1. Printers are accessed as Devices, which can be found in the Charm bar.  You can access the Charm bar by moving the cursor to the right side of the screen and swiping up in a Windows 8 style app.
  2. From Devices, you choose the printer named ‘Win2PDF’ and then print.  Immediately after printing, you will receive a notification in the upper right corner of the screen.  “The printer requires your attention.  Go to the desktop to take care of it.
  3. Click on this notification.  This will bring you to the desktop where you will see the normal Win2PDF file save window.
  4. Then you can set the file name and and save the PDF as you normally would.  If you click ‘View PDF’ and your default PDF viewer is a Windows 8 style app, then it will open up back in the Windows 8 full screen interface.

How to transfer a PDF file to an Apple iPad (or iPhone)

We get this question frequently:  Can I send a PDF file from my Windows PC to my  iPhone or iPad?  Can I do this even if my iPhone/iPad isn’t connected to the PC?

Yes and yes. There are several ways of doing this, but the easiest method that we found is to just create and email the PDF file to your iOS connected email account.  This is quite easy and can be achieved in 3 simple steps.

1)  On your Windows computer, open and print the document you wish to view on your iPad or iPhone.  Using our Win2PDF software, for example, there is an option on the file save window to “Send file…” (see screen shot below). When this option is checked, the PDF file will be created and attached to a new email message.

Win2PDF Send PDF option

2) Send the PDF file to the email account associated with your Apple iPhone or Apple iPad device.

iPad PDF email attachment

3) On the iPhone or iPad, touch the PDF document and you will be able to open and view the PDF file.  If you choose “Open in…”  You can save the PDF file permanently to your device.  Just select the built-in iBooks application, or another iOS application (like Adobe Reader, if you have the app installed) to save and view the PDF file.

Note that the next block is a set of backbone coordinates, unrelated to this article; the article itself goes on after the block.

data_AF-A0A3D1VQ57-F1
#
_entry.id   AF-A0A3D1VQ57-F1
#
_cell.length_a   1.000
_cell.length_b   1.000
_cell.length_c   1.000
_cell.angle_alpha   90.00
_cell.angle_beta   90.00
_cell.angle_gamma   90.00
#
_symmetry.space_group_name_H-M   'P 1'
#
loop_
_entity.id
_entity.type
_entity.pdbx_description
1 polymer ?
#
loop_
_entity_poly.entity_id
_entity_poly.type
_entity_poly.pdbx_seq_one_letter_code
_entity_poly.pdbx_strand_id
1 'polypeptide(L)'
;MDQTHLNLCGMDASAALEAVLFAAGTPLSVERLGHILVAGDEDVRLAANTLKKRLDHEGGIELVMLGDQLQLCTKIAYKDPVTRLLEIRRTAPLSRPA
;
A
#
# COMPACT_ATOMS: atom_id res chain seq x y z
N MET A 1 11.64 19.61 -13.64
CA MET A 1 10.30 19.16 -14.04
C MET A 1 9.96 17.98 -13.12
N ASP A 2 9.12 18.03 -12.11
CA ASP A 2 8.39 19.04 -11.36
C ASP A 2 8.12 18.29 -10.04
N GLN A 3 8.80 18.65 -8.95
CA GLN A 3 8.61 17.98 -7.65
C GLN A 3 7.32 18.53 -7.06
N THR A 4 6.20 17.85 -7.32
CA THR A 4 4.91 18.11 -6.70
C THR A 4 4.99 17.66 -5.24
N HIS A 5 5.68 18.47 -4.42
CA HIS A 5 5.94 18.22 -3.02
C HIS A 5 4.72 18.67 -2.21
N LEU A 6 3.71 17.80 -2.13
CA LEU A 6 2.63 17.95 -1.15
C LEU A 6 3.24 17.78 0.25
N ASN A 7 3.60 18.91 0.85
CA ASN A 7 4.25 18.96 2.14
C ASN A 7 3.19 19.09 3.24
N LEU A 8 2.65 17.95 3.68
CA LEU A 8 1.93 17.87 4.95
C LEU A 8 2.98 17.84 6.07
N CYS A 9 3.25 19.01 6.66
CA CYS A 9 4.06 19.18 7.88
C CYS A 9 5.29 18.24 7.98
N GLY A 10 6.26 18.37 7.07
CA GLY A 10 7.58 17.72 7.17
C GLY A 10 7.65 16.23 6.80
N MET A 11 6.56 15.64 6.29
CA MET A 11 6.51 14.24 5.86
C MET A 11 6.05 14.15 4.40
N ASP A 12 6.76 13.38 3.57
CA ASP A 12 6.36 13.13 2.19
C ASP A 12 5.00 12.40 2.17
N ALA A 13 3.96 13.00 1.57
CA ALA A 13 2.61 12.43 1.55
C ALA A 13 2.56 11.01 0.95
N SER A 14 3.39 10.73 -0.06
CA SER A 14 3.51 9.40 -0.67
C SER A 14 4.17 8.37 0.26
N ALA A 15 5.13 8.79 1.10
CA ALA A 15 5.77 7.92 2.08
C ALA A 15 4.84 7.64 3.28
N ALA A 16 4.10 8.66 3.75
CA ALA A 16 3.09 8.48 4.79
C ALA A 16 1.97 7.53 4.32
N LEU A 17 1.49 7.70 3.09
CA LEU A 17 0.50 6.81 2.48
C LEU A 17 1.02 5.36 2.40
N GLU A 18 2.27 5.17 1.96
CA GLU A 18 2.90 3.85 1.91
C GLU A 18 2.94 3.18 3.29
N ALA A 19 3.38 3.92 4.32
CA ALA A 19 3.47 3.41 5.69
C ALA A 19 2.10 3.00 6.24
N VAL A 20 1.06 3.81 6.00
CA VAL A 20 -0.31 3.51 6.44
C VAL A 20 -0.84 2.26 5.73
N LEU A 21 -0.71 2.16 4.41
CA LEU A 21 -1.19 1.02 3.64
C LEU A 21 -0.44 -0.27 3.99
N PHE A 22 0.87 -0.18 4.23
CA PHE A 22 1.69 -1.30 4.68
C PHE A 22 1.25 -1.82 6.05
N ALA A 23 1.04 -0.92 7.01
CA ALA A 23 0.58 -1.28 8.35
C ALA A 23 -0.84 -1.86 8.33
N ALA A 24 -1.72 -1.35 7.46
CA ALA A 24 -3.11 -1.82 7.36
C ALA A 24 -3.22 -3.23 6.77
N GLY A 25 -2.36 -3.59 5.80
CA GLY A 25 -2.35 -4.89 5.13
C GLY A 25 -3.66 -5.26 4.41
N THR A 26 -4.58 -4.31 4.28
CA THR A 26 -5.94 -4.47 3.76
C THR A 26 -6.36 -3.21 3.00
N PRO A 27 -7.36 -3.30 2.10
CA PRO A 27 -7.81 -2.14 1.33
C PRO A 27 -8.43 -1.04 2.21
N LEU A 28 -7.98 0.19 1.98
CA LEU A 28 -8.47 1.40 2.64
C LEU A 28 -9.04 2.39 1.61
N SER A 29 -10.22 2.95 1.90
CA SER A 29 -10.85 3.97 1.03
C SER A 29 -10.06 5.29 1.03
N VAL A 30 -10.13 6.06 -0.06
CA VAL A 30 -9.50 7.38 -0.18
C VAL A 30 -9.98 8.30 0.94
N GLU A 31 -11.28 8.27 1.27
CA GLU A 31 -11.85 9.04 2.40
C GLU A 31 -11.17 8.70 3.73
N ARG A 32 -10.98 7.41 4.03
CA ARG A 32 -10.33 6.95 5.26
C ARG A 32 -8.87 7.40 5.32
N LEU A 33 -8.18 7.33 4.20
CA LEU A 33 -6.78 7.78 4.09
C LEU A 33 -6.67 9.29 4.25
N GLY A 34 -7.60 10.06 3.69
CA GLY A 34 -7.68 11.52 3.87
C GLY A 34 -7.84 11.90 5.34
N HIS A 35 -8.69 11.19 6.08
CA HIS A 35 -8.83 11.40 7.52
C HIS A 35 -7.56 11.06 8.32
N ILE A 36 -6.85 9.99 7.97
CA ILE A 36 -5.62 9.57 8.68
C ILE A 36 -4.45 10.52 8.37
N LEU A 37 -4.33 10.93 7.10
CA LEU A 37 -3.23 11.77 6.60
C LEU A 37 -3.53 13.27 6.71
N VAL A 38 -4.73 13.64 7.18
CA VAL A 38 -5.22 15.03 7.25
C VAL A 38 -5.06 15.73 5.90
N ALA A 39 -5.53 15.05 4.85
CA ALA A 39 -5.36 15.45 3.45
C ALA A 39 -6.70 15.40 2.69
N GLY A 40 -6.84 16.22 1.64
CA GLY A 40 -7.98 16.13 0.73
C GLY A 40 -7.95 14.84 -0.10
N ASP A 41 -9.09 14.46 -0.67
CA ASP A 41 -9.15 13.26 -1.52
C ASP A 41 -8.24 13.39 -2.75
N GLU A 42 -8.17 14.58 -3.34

Open PDF on iPad

That’s it.  To see step-by-step instructions for each platform specifically, click for iPhone instructions or iPad instructions.

And here’s the support topic for Apple’s iBook application that provides more detail as well.

Can I prevent the copying of an ebook by saving it as a security-enabled PDF?

I’m writing an ebook and I want to protect the document from being copied. Can I do this by creating a security-enabled PDF?

This is a question we get periodically and the short answer is No.  At least not with the standard PDF format.

There are security features that can be enabled in a PDF document, but none of these features will prevent the file from being digitally copied. To restrict a document or ebook’s access in terms of copying, you would need a more advanced form of Digital Rights Management (DRM).

The advantage of using PDF to secure documents is that files can be opened easily with any compatible PDF viewer (like Adobe Reader), which is widely available on most computers. Advanced DRM solutions typically require another piece of hardware or software to open the file. For example, consider the Amazon Kindle ebook format (which is different than PDF). This file format utilizes DRM, but it also requires a Kindle (hardware) or Kindle Reader application (software) to open and view the file. It’s good at controlling the distribution of the file, but it’s not as universally accessible.